These are my steps in migration from bash to zsh. I’m documenting these to keep the future reference for me (and possibly other readers as well).
Check out the Slideshare presentation: Why Zsh is Cooler than Your Shell
to find out the current shell:
ps -p $$
it’s useful during migration to make sure the new shell is really in use.
Migration itself included (on my Fedora) reconfiguring:
- default shell: (inspired by: http://unix.stackexchange.com/questions/39881/running-chsh-does-not-change-shell)
chsh -s /bin/zsh
- konsole: in
Edit Current Profilefor:
- gnome-terminal: no changes required, seems to go for the default shell.
- xterm: no changes required, seems to go for the default shell.
- tmux: (from: http://superuser.com/questions/253786/how-can-i-make-tmux-use-my-default-shell)
set-option -g default-shell /bin/zsh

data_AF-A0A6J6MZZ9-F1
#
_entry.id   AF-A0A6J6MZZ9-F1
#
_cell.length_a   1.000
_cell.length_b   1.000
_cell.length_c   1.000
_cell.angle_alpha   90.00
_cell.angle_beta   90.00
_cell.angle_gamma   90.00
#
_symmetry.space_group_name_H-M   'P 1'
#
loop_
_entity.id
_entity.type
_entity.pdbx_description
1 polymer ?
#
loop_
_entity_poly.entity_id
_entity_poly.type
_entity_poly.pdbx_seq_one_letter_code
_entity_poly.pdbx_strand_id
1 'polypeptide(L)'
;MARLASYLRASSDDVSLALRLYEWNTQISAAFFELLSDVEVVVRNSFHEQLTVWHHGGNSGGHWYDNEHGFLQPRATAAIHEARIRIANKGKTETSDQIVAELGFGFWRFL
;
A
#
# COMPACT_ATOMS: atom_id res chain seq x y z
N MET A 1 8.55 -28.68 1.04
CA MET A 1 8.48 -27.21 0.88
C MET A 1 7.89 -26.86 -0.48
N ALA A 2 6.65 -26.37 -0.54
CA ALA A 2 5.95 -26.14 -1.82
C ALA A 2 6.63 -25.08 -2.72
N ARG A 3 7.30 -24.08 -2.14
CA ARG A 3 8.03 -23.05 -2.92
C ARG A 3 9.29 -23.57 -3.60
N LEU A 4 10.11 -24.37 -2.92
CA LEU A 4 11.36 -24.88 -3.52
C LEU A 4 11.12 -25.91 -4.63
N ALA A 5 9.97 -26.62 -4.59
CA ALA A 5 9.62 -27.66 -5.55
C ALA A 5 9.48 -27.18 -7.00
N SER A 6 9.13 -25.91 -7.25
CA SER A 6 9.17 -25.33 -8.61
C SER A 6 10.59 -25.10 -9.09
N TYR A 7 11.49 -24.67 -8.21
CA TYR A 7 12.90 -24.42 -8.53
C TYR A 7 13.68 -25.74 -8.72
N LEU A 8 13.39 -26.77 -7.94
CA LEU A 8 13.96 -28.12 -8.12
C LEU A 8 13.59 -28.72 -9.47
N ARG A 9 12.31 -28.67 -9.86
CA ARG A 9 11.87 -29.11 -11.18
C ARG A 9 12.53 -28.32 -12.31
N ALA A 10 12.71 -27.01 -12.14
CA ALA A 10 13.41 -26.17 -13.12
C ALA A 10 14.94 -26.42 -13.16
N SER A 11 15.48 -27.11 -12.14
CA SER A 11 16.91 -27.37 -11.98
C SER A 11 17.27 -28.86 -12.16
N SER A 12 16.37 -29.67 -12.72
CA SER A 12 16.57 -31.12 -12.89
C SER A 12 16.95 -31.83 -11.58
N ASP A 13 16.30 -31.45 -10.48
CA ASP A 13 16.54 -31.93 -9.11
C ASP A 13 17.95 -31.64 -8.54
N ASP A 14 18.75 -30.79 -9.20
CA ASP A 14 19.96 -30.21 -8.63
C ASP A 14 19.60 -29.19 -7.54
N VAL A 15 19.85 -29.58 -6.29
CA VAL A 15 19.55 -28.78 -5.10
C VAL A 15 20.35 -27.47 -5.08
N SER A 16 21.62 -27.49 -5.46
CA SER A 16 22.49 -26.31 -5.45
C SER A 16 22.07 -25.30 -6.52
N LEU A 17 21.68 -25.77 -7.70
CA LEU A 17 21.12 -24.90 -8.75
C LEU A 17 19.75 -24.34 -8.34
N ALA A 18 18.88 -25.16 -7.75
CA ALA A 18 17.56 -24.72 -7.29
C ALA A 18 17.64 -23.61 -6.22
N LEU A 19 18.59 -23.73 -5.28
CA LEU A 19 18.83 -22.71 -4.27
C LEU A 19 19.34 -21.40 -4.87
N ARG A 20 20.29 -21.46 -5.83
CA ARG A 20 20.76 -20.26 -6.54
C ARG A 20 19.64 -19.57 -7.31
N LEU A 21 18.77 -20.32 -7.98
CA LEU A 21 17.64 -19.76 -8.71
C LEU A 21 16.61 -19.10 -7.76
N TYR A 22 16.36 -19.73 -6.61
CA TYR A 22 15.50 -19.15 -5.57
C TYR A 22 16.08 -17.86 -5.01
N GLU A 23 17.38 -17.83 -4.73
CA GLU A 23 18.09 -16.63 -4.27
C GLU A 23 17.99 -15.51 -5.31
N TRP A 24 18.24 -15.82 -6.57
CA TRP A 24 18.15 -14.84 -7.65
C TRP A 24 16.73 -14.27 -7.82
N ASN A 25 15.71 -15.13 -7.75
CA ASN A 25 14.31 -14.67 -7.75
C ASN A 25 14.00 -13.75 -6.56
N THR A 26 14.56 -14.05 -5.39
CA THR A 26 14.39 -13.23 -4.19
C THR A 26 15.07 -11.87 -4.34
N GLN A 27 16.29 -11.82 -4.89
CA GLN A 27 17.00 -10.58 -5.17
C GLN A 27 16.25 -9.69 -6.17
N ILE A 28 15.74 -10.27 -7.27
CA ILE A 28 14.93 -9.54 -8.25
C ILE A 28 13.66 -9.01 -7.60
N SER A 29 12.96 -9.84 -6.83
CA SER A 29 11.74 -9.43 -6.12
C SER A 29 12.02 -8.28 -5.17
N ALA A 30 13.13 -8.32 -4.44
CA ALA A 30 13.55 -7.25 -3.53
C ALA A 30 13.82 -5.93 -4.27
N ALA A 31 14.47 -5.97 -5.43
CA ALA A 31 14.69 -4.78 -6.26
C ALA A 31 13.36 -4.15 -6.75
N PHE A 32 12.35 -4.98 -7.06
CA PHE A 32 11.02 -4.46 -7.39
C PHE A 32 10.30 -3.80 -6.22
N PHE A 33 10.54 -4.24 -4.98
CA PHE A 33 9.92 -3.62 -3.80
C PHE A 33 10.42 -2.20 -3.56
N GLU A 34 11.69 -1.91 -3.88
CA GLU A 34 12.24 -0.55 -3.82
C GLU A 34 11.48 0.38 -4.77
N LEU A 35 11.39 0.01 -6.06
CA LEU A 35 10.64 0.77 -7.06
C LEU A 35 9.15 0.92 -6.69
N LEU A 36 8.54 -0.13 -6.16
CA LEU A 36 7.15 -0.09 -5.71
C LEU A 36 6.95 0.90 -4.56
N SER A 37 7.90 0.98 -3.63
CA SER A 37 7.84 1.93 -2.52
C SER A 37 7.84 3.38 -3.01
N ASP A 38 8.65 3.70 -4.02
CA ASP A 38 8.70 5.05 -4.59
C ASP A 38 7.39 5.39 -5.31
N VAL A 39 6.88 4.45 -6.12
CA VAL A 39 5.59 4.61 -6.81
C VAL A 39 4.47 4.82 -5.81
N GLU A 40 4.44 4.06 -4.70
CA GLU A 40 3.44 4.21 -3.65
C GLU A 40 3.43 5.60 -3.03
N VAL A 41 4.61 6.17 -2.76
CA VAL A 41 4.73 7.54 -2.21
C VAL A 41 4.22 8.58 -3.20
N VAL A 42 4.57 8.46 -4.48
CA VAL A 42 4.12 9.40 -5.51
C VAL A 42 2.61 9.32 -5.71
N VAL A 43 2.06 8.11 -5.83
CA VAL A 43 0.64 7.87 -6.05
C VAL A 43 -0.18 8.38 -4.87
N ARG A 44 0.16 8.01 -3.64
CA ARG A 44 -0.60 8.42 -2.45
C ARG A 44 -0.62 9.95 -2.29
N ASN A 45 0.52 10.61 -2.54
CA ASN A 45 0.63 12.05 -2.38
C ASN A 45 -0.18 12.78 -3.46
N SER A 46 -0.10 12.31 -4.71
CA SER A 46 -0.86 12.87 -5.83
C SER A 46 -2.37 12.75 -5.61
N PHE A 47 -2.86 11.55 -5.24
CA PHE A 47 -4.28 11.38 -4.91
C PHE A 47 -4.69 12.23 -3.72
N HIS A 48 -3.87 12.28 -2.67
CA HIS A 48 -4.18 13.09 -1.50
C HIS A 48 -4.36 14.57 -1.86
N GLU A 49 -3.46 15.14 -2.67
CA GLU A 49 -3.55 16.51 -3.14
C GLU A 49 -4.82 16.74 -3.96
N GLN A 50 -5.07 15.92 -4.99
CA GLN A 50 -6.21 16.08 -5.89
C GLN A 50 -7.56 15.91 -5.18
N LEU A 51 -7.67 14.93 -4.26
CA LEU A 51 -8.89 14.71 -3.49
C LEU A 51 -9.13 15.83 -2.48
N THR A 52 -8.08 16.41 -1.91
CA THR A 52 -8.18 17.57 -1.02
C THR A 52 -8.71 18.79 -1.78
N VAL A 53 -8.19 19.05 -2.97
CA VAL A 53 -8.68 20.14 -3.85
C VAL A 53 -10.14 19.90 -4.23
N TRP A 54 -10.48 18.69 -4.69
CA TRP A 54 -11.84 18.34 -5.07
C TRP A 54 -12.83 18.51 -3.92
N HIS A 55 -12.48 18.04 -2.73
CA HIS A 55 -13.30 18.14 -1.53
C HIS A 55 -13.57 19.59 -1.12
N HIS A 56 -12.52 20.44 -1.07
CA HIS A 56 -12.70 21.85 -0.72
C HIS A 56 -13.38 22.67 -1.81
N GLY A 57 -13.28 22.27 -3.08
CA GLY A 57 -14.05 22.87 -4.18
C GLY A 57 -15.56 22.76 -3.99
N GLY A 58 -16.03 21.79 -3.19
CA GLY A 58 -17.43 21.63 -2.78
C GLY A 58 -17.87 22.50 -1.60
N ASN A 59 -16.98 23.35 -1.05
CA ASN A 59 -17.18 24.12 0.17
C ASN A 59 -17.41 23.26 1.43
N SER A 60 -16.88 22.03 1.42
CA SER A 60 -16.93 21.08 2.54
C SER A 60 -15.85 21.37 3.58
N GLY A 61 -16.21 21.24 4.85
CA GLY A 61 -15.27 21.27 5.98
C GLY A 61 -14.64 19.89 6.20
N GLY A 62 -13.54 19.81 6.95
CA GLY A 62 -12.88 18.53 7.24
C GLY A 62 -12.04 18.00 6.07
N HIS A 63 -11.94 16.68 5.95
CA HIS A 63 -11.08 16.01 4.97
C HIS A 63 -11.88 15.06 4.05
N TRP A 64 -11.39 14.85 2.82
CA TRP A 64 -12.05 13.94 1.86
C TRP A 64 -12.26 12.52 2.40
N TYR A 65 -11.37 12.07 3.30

There exists users’ maintained collection of
zsh customizations, that I found useful. Called: oh-my-zsh. (Please note the amazing Github’s – Star count. Once seeing that I didn’t doubt I’ll give it a try.)
For installation I just went for:
curl -L http://install.ohmyz.sh | sh
oh-my-zsh with powerline
I’m used to powerline everywhere (
bash) already, so let’s keep it working in
zsh as well.
I created file:
~/.oh-my-zsh/custom/powerline.zsh with contents:
Please note: You need to go for the actual location of
powerline installation on your system.
and in the file:
~/.zshrc I had to comment out line:
oh-my-zsh theme seems to conflict with
The real benefit of
oh-my-zsh commes with plugins, so I went for those I find useful. Via changing the file:
plugins=(git mvn glassfish yum colored-man vagrant z common-aliases gradle)
oh-my-zsh custom stuff
~/.bashrc held already quite some customizations, I migrated those to:
Even this part was nice, as I could tidy up things a bit and omit unused stuff. Moreover I decided to create multiple
*.zsh files (as these are auto-loaded) to achieve modularity.
Honestly in the beginning, I had no clue how much I would enjoy my new shell.